1. I particularly appreciated when my psychologist asked me to try to recall the most embarrassing moments of my life. There were far too many and they were far too easy to retrieve from the memory vaults. David, my psychologist at the time, then asked me to give examples of the most embarrassing moments experienced by friends, family, acquaintances, or loved ones. And I found myself really struggling. Apart from a few stand out funny moments, nothing jumped to mind.

He then pointed out that most of my friends feel the same way about my embarrassing moments. People just don’t think about "me" much, they're too busy being the protagonists in their own theatre of life. Theyre thinking about themselves and not much about you or I. And people who barely me probably think of me not at all.

2. Then there’s the CBT tenet “where’s your evidence for that?”

So, supposing you’re thinking that someone may mock you if you make a PodCast. You might make a fool of yourself. When my inner voice tries to slyly slip that thought past me I now respond robustly "Well, so fucking what?”

I have no evidence anyone will mock me, in fact my evidence so far is to the contrary. And even if they did, who, actually, cares? What material harm can they do me? The answer is probably none, except inside my own head.

So, if you're keen to try out PodCasting but find yourself saying “Oh I could never do that!” perhaps you should ask yourself, oh really? Why not?"

The practicalities

Of course, you might not simply be allowing anxiety to rule your decisions. You may not have have the money for a microphone, or a quiet room to record in, or the know-how to start a PodCast. I can at least help with the third issue.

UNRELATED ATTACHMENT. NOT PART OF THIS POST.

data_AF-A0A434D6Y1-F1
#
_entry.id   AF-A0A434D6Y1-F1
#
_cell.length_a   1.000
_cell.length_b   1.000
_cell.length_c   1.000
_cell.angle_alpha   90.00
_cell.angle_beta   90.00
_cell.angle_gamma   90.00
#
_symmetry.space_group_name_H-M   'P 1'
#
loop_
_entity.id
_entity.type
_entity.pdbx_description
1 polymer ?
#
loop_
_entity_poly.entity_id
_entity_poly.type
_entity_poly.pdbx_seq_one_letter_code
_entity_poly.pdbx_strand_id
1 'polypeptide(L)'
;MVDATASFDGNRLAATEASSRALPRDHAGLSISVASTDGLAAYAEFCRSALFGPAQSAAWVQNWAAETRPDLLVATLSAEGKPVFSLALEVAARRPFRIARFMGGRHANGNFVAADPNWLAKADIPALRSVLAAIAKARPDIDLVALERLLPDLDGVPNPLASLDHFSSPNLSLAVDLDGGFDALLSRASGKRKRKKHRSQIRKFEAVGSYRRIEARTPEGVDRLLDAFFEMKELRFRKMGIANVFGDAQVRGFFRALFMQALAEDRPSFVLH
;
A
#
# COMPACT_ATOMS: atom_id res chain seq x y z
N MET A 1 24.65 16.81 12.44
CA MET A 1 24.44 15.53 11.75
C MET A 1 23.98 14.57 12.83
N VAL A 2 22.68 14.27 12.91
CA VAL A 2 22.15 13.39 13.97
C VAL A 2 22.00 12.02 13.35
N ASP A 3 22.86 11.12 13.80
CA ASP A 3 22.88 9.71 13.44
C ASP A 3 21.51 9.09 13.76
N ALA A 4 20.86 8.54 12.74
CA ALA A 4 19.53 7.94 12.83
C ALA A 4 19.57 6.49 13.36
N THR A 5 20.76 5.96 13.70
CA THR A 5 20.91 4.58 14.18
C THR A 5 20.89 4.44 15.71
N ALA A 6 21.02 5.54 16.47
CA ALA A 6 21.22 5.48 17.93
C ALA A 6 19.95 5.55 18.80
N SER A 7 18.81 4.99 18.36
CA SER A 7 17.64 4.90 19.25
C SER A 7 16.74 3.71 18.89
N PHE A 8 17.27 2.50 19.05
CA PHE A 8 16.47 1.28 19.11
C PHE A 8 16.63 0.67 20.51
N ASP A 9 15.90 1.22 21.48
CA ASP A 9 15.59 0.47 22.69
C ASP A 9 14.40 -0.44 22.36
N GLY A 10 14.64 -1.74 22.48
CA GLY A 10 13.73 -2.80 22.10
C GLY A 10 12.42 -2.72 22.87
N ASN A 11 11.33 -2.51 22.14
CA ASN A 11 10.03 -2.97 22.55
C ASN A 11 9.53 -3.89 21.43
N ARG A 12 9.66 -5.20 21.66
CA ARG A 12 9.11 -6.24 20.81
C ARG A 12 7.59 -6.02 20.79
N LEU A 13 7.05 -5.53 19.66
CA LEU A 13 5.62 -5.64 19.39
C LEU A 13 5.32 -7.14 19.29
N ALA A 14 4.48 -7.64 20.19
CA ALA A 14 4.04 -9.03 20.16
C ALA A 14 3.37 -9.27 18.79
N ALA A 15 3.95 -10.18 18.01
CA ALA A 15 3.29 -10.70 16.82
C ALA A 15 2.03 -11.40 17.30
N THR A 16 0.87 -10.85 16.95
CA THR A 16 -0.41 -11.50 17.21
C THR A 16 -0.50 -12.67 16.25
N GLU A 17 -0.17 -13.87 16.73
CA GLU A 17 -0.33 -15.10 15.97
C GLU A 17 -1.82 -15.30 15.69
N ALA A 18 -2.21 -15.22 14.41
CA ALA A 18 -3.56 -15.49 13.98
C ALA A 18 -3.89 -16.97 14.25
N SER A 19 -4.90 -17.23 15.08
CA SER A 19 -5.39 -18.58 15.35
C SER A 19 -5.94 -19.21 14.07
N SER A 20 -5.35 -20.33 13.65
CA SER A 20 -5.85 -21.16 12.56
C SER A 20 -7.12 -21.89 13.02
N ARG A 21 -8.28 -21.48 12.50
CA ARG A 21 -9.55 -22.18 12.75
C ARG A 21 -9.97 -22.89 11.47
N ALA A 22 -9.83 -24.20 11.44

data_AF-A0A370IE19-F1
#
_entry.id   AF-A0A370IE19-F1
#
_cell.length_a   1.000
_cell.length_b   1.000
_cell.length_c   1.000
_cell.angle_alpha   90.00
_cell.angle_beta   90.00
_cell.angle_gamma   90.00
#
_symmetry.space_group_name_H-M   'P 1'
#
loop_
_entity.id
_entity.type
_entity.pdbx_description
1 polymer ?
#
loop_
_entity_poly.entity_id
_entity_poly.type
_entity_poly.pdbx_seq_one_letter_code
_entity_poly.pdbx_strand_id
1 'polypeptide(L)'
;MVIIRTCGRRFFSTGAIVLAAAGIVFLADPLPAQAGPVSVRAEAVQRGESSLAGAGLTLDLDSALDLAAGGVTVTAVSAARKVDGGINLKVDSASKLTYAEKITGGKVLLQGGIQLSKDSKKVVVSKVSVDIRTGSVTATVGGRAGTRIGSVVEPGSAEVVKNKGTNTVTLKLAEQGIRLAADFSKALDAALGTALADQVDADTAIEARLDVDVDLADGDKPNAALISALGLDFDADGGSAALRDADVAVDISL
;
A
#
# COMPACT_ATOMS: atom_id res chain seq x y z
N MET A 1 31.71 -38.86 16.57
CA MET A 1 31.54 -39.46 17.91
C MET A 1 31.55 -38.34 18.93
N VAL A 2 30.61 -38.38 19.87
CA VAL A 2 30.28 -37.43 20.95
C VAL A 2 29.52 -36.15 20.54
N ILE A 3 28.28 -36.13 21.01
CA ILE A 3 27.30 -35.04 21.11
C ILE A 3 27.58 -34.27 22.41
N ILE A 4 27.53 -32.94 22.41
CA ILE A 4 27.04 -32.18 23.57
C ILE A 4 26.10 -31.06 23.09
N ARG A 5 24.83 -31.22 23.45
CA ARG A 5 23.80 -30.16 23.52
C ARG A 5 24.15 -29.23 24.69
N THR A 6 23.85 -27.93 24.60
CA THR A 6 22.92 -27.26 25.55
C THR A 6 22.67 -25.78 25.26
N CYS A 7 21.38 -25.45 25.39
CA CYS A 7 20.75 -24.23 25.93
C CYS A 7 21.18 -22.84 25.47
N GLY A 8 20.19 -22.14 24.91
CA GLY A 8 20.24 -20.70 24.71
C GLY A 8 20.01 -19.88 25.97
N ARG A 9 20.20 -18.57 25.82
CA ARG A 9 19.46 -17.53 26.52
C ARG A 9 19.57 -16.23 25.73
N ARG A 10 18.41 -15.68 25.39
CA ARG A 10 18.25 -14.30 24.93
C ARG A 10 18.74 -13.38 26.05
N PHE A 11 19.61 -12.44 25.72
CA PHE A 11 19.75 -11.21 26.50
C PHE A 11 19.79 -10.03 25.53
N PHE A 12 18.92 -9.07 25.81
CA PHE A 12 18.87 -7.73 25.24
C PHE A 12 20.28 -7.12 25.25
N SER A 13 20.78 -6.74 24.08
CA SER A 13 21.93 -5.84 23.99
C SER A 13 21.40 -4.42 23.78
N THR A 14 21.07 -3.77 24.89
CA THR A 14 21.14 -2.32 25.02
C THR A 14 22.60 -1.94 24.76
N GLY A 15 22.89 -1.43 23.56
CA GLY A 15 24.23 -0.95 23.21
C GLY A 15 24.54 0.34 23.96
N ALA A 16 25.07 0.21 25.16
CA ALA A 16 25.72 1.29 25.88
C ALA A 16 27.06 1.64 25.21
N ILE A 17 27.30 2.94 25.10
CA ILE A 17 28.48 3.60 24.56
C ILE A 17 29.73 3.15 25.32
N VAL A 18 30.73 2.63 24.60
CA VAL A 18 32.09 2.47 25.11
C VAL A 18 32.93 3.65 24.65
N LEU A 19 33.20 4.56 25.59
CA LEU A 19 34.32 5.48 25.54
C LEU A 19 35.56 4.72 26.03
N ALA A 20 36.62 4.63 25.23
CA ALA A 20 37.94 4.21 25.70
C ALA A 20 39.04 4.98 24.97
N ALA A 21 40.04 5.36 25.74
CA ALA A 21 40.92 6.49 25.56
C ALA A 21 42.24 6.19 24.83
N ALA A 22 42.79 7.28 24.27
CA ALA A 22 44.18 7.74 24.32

So stay tuned to this site to read about the simplest microphone and recording software I was able to find, how to use them, and how I picked a PodCast host. All of this and more will be addressed in how to make a PodCast from Scratch: Part 2. The Basics. Coming soon.

And if the real reason you’re not making that PodCast is that you’re afraid you’ll fail, or feel foolish, why are you allowing imaginary not-yet-seen possible repercussions which you have no evidence for prevent you from doing what you want to do?

Q: Who, actually, cares if you make an arse of yourself?

A: Probably mainly you.

Q: And what actual repercussions can embarrassing yourself have?

A: Probably none, except in your head. (Unless possibly you make a video or PodCast about something illegal or something that the cancel culture wokemongering synthetic leftists decide they want to try to sack you for.)

As for me, I've accepted the reality that nobody really cares much what I get up to, one way or the other, bar my nearest and dearest. So when people do pay attention I feel good and when they dislike me I don’t much care.

It’s a pretty sweet life philosophy, I definitely recommend you try it.

And don't forget, you can tip the chef here, showing me your support is quick and easy!

Till next time, constant reader,

Fair winds and a following sea.

Alison, Queensland Australia, February 2021

Image by Comfreak from Pixabay free for commercial use

Copyright Alison Tennent 2021, all rights reserved. Scottish by birth, upbringing and bloodline, Australian by citizenship. If you’re reading this anywhere but The Garrulous Glaswegian or Medium, this work may have been plagiarised.